A Children's Story
(Written verrrry quickly to make a point for a very distracted little boy!)
Diggory and Quincy liked nothing better than to go on tremendously long walks with their people. With their ebony fur streaming in the wind, their enormous pink tongues lolling and dripping out of the sides of their gaping canine mouths, they would run from sniff to scent and back again.
Wheat fields were a favorite walk. City walks were acceptable, but a little boring for two pooches that fancied themselves to be great hunters. It was just that, of course: a fancy. Quincy and Diggory could never actually catch anything, but the chase was enormous fun and they sniffed out everything from rabbits to mice, and pheasants to coyotes.
Their very best walk, their absolute favorite of all, was a summertime romp in a field full of gophers. Diggory and Quincy, usually calm and just a little bit lazy, became wild, frothing at the mouth hunters in that field. With every peep from a gopher hole, the dogs would launch into a frenzied chase, charging from hole to hole, desperately trying to get their paws on a wiggly little rodent.
Those gophers were a whily lot, however! No sooner would the dogs arrive at one hole, convinced they’d finally cornered a critter, when a gopher squeek would sound from a completely different hole ten feet away. Off they’d run again, sure that this time they would pin the little beast down.
From hole to hole they would run and leap. From squeak to peep they would wildly chase. And the gopher’s, playing their taunting game, would just keep sounding off in different parts of the field.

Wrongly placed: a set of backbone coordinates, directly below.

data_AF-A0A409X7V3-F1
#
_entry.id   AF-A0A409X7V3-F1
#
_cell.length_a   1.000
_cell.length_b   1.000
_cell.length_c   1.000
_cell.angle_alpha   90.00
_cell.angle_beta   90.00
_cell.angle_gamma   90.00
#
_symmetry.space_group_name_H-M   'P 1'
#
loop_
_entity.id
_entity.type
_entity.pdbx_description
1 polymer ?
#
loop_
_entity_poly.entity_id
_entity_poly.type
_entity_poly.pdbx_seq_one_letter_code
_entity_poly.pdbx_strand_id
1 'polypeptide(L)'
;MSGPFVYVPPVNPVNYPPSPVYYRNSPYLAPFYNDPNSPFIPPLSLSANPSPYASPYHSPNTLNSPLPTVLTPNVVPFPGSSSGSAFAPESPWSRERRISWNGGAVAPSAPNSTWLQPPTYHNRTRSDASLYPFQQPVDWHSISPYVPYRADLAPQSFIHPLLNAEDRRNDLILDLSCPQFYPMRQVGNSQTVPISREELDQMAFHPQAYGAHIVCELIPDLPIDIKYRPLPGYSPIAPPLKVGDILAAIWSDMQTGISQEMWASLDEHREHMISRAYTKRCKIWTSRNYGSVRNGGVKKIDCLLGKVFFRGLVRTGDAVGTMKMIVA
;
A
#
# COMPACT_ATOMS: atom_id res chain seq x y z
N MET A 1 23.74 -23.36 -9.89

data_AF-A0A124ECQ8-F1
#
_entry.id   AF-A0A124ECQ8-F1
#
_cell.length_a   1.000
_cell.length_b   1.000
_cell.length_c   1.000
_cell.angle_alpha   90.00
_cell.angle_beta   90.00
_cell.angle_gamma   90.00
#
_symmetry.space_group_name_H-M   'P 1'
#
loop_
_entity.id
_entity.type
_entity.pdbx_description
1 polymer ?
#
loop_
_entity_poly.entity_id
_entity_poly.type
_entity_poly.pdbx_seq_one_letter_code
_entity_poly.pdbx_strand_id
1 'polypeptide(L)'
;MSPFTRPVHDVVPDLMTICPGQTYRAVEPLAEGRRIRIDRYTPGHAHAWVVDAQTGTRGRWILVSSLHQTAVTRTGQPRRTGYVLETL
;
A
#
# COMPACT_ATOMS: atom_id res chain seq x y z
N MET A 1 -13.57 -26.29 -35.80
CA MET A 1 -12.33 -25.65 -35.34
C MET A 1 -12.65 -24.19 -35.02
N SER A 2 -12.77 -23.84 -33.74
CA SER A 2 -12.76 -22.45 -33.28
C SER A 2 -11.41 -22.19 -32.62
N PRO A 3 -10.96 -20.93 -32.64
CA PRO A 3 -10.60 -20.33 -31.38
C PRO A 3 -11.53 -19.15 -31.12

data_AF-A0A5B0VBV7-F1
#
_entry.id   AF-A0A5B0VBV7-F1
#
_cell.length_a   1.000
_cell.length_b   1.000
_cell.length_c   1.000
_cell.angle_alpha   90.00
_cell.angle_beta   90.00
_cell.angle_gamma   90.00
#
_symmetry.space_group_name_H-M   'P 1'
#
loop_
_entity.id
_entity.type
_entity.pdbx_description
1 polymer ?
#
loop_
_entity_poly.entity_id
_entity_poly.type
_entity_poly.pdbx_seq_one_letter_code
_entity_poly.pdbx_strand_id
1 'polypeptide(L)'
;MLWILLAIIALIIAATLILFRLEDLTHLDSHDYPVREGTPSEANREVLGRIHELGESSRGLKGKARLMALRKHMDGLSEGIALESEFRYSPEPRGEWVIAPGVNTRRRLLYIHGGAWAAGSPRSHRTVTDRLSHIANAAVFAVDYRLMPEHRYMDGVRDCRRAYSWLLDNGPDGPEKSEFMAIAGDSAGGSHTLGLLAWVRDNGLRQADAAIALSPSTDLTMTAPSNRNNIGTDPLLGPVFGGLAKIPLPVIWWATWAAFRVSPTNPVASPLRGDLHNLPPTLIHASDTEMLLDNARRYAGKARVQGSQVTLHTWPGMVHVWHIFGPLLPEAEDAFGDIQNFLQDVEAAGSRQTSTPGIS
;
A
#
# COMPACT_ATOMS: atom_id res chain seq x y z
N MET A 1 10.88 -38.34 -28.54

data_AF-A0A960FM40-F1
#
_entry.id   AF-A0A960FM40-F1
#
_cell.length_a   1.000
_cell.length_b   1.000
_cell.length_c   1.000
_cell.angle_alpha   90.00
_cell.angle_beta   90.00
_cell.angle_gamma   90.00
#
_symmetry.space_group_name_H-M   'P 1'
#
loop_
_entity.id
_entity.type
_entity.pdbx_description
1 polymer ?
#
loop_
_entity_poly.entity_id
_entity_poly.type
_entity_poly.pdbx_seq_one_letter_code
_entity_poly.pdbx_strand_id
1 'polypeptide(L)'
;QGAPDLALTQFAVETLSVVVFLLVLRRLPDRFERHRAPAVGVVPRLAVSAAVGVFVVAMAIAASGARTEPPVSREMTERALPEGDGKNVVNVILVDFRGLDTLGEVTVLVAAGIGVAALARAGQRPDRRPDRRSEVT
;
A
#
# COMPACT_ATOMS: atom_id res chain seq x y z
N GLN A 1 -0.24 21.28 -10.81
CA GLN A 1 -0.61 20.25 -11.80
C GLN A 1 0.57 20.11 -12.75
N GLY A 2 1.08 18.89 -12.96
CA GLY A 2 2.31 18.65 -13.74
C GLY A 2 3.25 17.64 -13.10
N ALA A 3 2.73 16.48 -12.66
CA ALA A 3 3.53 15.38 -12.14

Diggory and Quincy’s people had a hard time getting control of the dogs on this sort of walk; the dogs were so intent on the sounds and smells of the field that they forgot the people were there. They just ran and ran and ran. Eventually the people would catch-up, put on their leashes, and tell them it was time to go home.
When they did get home, those furry, slobbering, exhausted pooches would flop in a heap on the kitchen floor, quickly falling into a dream-filled sleep. Soundly sleeping – even snoring – they would continue to chase those gophers! Paws scritching and noses sniffling, Quincy and Diggory dreamed about the hunt long after it was over.
In some ways, I think our minds behave a bit like those two big, black dogs. Sometimes lazy, sometimes bored, and sometimes a little bit wild. Thoughts can act a lot like gophers in a wide open field: they pop up here and there. They trick us into thinking about something over here instead of the thing we’re supposed to be concentrating on over there. And sometimes there are so many thoughts we just can’t catch them all and we feel very overwhelmed.
Sometimes Diggory and Quincy needed their people to leash them and bring them back under control before they went completely, wildly out of control. And sometimes we need to do the same thing with our minds: we need to just slow everything down for a bit and choose one gopher to chase instead of trying to catch them all!